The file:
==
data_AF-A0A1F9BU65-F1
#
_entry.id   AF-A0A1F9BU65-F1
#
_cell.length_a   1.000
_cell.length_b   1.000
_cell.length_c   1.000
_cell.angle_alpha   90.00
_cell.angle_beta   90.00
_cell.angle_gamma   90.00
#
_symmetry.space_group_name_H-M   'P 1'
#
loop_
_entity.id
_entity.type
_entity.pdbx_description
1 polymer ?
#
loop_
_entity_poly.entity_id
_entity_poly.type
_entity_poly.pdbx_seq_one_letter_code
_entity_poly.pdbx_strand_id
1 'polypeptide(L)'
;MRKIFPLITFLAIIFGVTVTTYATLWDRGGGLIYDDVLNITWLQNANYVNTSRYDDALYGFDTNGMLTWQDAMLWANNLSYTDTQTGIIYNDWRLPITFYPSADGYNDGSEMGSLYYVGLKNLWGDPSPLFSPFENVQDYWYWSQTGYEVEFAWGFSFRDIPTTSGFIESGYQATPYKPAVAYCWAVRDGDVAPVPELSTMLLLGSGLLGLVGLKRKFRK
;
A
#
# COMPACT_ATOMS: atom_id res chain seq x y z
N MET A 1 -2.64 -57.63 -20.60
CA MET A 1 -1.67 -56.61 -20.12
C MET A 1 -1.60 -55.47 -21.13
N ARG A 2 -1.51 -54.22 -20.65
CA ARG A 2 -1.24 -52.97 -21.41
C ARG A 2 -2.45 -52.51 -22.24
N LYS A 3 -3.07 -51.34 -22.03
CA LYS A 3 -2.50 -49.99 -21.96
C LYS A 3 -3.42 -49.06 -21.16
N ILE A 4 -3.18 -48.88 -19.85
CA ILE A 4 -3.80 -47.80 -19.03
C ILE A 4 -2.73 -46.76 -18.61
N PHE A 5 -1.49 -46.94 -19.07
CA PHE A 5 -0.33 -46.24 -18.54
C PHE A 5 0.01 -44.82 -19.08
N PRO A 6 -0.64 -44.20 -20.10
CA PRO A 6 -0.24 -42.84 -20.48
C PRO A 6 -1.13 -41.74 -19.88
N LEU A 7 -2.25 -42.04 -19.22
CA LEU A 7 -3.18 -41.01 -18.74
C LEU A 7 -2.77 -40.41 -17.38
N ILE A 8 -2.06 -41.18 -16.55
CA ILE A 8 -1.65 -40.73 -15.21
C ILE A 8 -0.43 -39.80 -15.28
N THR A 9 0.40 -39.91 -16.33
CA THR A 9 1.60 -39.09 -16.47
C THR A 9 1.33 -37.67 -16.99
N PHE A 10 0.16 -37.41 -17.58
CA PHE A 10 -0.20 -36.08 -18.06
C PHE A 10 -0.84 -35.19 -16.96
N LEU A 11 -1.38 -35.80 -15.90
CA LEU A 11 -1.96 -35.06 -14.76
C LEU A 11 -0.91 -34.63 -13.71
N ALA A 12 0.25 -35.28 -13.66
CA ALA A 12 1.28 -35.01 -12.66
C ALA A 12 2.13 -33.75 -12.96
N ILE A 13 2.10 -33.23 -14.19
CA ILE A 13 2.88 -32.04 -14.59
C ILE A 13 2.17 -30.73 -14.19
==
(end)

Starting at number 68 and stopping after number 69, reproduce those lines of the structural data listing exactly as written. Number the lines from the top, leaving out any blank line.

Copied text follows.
CA ILE A 13 2.88 -32.04 -14.59
C ILE A 13 2.17 -30.73 -14.19